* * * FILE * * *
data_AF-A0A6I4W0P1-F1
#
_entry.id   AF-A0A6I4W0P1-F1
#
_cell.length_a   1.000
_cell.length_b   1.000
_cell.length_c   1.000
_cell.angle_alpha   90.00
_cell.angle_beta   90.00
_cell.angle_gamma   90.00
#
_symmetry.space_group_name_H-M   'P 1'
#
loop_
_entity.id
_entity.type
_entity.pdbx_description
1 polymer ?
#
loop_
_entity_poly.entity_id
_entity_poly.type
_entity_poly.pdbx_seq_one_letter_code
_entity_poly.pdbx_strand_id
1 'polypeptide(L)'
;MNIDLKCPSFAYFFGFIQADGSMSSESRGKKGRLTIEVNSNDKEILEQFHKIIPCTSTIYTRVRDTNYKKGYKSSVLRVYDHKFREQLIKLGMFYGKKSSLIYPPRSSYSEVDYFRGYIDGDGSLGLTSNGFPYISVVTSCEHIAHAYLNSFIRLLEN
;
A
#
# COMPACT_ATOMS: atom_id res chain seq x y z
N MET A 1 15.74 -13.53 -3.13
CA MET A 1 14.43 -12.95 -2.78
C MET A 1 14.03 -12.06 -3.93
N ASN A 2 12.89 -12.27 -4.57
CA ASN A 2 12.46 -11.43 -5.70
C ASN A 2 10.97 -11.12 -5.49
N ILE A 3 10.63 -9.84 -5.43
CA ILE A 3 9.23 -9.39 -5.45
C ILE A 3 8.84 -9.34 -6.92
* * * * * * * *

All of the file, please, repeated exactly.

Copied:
data_AF-A0A6I4W0P1-F1
#
_entry.id   AF-A0A6I4W0P1-F1
#
_cell.length_a   1.000
_cell.length_b   1.000
_cell.length_c   1.000
_cell.angle_alpha   90.00
_cell.angle_beta   90.00
_cell.angle_gamma   90.00
#
_symmetry.space_group_name_H-M   'P 1'
#
loop_
_entity.id
_entity.type
_entity.pdbx_description
1 polymer ?
#
loop_
_entity_poly.entity_id
_entity_poly.type
_entity_poly.pdbx_seq_one_letter_code
_entity_poly.pdbx_strand_id
1 'polypeptide(L)'
;MNIDLKCPSFAYFFGFIQADGSMSSESRGKKGRLTIEVNSNDKEILEQFHKIIPCTSTIYTRVRDTNYKKGYKSSVLRVYDHKFREQLIKLGMFYGKKSSLIYPPRSSYSEVDYFRGYIDGDGSLGLTSNGFPYISVVTSCEHIAHAYLNSFIRLLEN
;
A
#
# COMPACT_ATOMS: atom_id res chain seq x y z
N MET A 1 15.74 -13.53 -3.13
CA MET A 1 14.43 -12.95 -2.78
C MET A 1 14.03 -12.06 -3.93
N ASN A 2 12.89 -12.27 -4.57
CA ASN A 2 12.46 -11.43 -5.70
C ASN A 2 10.97 -11.12 -5.49
N ILE A 3 10.63 -9.84 -5.43
CA ILE A 3 9.23 -9.39 -5.45
C ILE A 3 8.84 -9.34 -6.92